Full and fair settlement of a personal injury claim against the driver who caused the car accident will include compensation for all the damages suffered as a result of the accident injuries. The law divides these damages into categories, sometimes referred to as “heads of damages.” Settlement of an ICBC claim, especially a claim that arises from a major car accident that causes significant injury such as a head injury or brain injury or spinal cord injury can result in payment of a significant amount of money under each head of damage. This article will answer a question that our ICBC car accident lawyers are often asked: is an ICBC settlement taxable?
Is my ICBC settlement taxable?
The simple answer is no, but the full answer is more complex – tax implications depend on what head of damage we are talking about and how much you receive:
- General damages or “non-pecuniary” damages (that is, money for pain and suffering and loss of enjoyment of life) are not taxable.
- Damages for past and future wage loss are not taxable as they are calculated as “net income loss” before being paid out (in other words, the amount you are paid in an ICBC settlement is net of taxes you would have paid had you earned that income, using the appropriate tax bracket).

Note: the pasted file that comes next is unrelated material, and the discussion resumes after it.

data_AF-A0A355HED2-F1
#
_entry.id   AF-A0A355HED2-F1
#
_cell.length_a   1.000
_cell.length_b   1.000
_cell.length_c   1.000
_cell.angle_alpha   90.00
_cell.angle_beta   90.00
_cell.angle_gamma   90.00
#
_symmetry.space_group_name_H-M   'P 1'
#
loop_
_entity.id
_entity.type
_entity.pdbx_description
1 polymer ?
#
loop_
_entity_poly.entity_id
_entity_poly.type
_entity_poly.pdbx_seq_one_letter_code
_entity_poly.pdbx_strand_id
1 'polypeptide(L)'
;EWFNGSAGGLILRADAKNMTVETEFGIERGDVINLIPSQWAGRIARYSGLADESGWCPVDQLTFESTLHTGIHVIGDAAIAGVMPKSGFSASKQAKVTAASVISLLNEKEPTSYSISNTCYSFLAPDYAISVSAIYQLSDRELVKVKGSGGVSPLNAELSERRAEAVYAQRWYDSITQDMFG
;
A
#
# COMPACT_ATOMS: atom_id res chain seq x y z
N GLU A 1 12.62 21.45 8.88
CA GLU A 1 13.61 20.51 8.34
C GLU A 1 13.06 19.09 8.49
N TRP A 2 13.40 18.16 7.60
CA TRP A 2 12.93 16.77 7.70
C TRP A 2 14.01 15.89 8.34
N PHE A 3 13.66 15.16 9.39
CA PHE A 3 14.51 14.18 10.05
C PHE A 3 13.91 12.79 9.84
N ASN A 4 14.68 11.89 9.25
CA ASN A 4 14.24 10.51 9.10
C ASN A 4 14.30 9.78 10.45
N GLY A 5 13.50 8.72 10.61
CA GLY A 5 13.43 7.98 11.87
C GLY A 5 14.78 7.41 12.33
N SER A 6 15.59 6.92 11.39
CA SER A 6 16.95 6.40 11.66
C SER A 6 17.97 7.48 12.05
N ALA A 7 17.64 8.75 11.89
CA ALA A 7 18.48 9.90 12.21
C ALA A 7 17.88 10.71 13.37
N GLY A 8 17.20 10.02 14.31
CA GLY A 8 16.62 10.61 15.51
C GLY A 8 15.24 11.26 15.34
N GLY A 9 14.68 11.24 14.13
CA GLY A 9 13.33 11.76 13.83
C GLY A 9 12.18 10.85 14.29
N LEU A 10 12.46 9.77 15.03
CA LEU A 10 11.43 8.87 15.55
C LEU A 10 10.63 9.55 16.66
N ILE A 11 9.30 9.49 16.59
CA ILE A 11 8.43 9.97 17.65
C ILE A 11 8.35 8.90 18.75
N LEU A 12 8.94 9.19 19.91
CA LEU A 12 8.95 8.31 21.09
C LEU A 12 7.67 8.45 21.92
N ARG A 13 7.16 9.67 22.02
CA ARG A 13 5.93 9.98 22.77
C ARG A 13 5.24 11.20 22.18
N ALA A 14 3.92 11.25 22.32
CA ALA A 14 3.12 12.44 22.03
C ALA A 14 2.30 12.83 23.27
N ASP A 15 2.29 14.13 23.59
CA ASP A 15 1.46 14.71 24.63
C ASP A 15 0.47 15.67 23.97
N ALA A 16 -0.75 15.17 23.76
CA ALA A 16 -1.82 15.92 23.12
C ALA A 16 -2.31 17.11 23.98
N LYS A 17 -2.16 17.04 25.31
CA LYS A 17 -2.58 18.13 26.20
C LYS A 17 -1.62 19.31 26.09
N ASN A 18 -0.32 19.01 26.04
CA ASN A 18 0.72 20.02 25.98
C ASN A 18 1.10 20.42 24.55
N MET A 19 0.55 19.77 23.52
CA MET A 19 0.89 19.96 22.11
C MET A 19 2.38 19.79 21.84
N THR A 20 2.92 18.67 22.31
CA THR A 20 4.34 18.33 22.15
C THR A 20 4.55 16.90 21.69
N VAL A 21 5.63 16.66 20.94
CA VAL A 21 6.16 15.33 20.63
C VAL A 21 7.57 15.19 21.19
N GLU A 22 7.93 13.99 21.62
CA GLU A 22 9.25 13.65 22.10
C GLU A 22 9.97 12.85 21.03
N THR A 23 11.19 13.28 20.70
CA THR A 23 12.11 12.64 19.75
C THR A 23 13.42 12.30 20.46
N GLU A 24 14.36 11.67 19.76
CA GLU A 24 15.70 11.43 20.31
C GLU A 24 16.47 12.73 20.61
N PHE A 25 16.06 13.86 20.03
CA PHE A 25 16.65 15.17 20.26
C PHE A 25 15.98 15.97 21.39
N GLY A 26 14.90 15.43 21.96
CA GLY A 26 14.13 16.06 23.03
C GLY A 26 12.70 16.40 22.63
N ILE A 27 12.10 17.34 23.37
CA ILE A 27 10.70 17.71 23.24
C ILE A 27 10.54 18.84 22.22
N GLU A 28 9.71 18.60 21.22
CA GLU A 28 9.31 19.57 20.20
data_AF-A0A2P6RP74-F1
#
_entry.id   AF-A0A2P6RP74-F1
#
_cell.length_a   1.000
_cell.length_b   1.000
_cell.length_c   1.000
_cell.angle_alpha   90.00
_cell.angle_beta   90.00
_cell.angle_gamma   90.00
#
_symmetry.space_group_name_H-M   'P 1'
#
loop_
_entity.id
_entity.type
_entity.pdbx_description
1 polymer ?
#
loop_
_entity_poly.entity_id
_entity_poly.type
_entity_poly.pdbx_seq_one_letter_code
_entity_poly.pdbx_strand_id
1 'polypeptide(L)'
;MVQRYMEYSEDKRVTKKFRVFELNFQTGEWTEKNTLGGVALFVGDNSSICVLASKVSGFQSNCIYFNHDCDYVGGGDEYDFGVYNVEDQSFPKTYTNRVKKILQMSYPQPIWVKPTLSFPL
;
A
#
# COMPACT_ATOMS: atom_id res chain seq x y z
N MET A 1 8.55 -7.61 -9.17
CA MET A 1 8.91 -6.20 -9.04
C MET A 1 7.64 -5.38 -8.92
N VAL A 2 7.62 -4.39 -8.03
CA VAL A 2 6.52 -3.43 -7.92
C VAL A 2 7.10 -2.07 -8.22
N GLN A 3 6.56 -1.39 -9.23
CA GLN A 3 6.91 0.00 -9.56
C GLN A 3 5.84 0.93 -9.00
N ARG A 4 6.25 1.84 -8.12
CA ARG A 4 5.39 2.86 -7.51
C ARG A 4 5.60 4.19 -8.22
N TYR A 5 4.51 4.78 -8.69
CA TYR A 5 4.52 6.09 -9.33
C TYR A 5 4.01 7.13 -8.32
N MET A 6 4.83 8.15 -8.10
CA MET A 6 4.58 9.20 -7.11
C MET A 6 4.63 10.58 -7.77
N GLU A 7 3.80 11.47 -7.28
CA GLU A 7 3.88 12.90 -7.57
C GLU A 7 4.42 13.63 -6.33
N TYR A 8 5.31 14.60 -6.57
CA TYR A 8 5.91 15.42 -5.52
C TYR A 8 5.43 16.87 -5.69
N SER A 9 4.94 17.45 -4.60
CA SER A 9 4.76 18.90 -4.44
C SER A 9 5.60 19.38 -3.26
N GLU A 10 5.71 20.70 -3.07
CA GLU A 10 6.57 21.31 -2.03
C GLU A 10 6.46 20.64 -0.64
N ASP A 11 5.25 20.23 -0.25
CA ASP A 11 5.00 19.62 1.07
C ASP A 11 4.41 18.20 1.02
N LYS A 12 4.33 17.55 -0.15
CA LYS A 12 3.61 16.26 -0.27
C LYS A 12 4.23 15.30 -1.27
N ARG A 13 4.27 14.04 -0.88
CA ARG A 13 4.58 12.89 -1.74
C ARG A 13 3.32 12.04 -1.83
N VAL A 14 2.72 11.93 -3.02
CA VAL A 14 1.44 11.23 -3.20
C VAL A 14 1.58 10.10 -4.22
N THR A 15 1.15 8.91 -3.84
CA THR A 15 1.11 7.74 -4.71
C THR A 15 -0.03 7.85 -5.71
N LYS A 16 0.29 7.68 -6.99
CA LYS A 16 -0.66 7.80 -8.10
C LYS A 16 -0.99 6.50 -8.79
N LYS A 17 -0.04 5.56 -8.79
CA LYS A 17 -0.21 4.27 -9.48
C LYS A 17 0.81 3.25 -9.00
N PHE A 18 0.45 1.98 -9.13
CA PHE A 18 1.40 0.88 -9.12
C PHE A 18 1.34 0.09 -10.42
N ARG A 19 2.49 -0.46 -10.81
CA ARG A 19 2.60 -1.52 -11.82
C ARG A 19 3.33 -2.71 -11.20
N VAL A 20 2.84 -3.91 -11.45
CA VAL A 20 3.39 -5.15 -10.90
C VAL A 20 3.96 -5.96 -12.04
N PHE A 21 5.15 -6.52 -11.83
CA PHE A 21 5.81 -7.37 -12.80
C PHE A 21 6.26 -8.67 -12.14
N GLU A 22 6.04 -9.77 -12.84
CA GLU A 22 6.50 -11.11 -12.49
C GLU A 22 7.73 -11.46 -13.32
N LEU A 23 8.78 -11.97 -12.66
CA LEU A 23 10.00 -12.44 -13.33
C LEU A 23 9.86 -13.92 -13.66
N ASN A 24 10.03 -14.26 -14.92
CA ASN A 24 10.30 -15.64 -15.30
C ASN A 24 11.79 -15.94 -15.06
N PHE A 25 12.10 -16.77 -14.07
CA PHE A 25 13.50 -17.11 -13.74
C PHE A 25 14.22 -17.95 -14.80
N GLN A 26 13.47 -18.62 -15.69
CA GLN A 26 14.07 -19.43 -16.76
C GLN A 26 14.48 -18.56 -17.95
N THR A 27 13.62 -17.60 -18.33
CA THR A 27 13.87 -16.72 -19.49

- Damages for past and future medical expenses are not taxable.
- ICBC Part 7 benefits, which include funding for wage loss and treatment and rehabilitation expenses, are not taxable.
Settlement of large claims involving serious injures can result in significant amounts for future income replacement and medical expenses. To cover those expenses, settlement proceeds will need to be invested. Here’s the catch: the investment income earned on those proceeds is taxable. Where that is the case, the settlement can include a tax gross up, which is essentially extra money to address the tax implications of investing settlement funds over the long-term. In some cases, a structured settlement may be best, as it can minimize or even eliminate taxes on the settlement. Instead of a single, lump-sum payment, payments are made monthly for a defined number of years and over the individuals lifetime. These payments are tax-free, and do not have to be reported on income tax returns.
Before settling your claim, get advice from an experienced ICBC car accident lawyer
The team of top ICBC car accident lawyers at Simpson, Thomas & Associates have an enviable record of success, handling all types of claims including major loss claims and catastrophic injury cases. We aim to continue build on our reputation of providing quality service to our clients. Use our e-Form to request a free consultation or call (604) 689-8888 to find out how our experienced personal injury lawyers can guide you through the ICBC claims process, maximize your compensation, and minimize tax implications.